The Common Core State Standards buzz is heating up.  On my desk sits a professionally-printed envelope with a DVD labeled “Stop Common Core” inside.  A The picture on the envelope depicts Jane Robbins, a Senior Fellow with the “American Principles Project” and Texas Superintendent, Robert Scott.  Also depicted is an image of a Trojan horse, which is a cover of a booklet written by by Orlean Kochle, State President of “Eagle Forum.”  A synopsis of the booklet, entitled, Common Core: A Trojan Horse for Educational Reform, is included with the DVD.  It harshly criticizes the federal government’s involvement in educational reform.

  • The main argument relates to a state’s 10th Amendment right being jeopardized.  However, there is a history of federal laws affecting public education.  Here are a few:
  • Equal Access Act- Allows for speech and assembly applied to students meeting on school grounds during non-instructional time
  • Age discrimination in Employment Act- Guarantees right of employment regardless of age
  • Family Educational Rights and Privacy- Applies to student and parent access to school records and right to request modification
  • Individuals with Disabilities Act- Addresses discrimination against students with disabilities and ensures education and related services for disabled students
  • Title VII of the Civil Rights Act of 1964- Prohibits the discrimination on the basis of race, color, religion, sex, or national origin

A review of the list clearly illustrates the important and necessary role the federal government has played in public education.  A right to education is a theme we see here.  Perhaps the past decade’s test results have taught us that our nation is not providing equal education to all children- a need that was articulated in the report entitled A Nation at Risk, issued in 1983.  As a result these inequities were to be addressed by the Elementary and Secondary Education Act (later known as No Child Left Behind).  The report, although written over 20 years ago, includes many truths that continue to ring true:

The 1983 report included several specific indicators of risk (U.S. Dept. Ed., 1983c), such as:

  • About 13 percent of all 17-year-olds in the United States can be considered functionally illiterate. Functional illiteracy among minority youth may have run as high as 40 percent.
  • Scores consistently declined in verbal, mathematics, physics, and English subjects as measured by the College Board’s Scholastic Aptitude Tests (SAT).
  • Nearly 40 percent of 17-year-olds cannot draw inferences from written material; only one-fifth can write a persuasive essay; and only one-third can solve a mathematics problem requiring several steps.
  • Remedial mathematics courses in public 4-year colleges increased by 72 percent and now constitute one-quarter of all mathematics courses taught in those institutions.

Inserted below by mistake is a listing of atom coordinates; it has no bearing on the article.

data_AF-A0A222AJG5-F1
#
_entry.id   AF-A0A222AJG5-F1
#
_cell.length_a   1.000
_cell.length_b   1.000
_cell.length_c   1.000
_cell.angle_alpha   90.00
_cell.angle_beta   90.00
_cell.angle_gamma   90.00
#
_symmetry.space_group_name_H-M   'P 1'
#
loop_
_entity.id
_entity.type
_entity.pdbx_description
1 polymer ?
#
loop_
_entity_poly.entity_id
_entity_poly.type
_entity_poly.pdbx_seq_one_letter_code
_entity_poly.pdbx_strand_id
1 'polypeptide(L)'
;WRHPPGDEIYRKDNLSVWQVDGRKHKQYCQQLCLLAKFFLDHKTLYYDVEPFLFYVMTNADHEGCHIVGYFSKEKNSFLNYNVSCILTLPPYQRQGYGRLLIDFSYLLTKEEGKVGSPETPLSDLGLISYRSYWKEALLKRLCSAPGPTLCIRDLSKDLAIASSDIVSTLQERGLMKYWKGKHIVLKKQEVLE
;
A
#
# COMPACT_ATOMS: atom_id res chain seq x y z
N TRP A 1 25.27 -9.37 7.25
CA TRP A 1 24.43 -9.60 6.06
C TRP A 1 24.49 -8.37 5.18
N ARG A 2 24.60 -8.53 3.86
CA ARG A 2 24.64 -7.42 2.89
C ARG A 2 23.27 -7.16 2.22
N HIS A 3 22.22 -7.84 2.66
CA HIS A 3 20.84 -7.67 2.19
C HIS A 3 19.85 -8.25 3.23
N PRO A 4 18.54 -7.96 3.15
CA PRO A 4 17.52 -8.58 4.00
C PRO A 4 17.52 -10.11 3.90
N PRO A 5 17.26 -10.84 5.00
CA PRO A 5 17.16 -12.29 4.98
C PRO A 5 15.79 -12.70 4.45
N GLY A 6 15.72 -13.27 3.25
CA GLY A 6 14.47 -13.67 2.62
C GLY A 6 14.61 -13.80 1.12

As we review these indicators, it is natural to ask ourselves if we have made gains.  Sadly, remedial classes in colleges and universities are still of major concern.  A high school diploma, college-preparatory classes, and examinations do not ensure college readiness.  The National Center for Public Policy in Higher Education (2010) reports that nearly 60% of first-year college students must take remedial courses in English or mathematics.  National Center Report  Illiteracy across all content areas is also of utmost concern.  Specifically, the ability to read and understand complicated information in authentic situations is an area of weakness that must be addressed.  Is this a reason for federal intervention, and is Common Core the answer?

The concern related to local control of public education may have some merit, but many school districts are using the Common Core State Standards to guide their own curriculum writing.  The move away from scripted teaching texts has been refreshing.  Integrated units of study are developed by our teachers and curriculum experts.  In this way the standards are guiding efforts to ensure authentic learning experiences that relate to the local context and culture, something sorely lacking in the past.  Case-in-point, the state of Washington is aligning its Tribal Sovereignty curriculum to the CCSS.

What remains to be seen is the accountability piece.  To be certain, testing is a critical ingredient to be considered.  What we have learned from many years of standardized testing accountability is that assessment often creates the climate in our schools.  If these computerized tests are the next generation of testing, it is not a big leap to envision fields of computers loaded with testing simulations.  The money tied to testing results is another experience from which we must learn.  Are we going to continue to reset the testing bar to unattainable objectives?  These are important questions to consider.

The envelope on my desk is a call to action for all of us.  We must educate ourselves and struggle through the hyperbole.  So far, South Dakota and Indiana have resolved to drop the standards.  Kansas and Missouri have introduced a bill to do the same.  Alabama and Georgia introduced legislation that failed.  Be prepared to contribute to the dialogue.  Whether you will defend or oppose the Common Core State Standards in your state, it is important to provide solutions to problems that have too long existed.  Status quo is not the answer!

By Marisol Rexach, Ph.D. in Education Student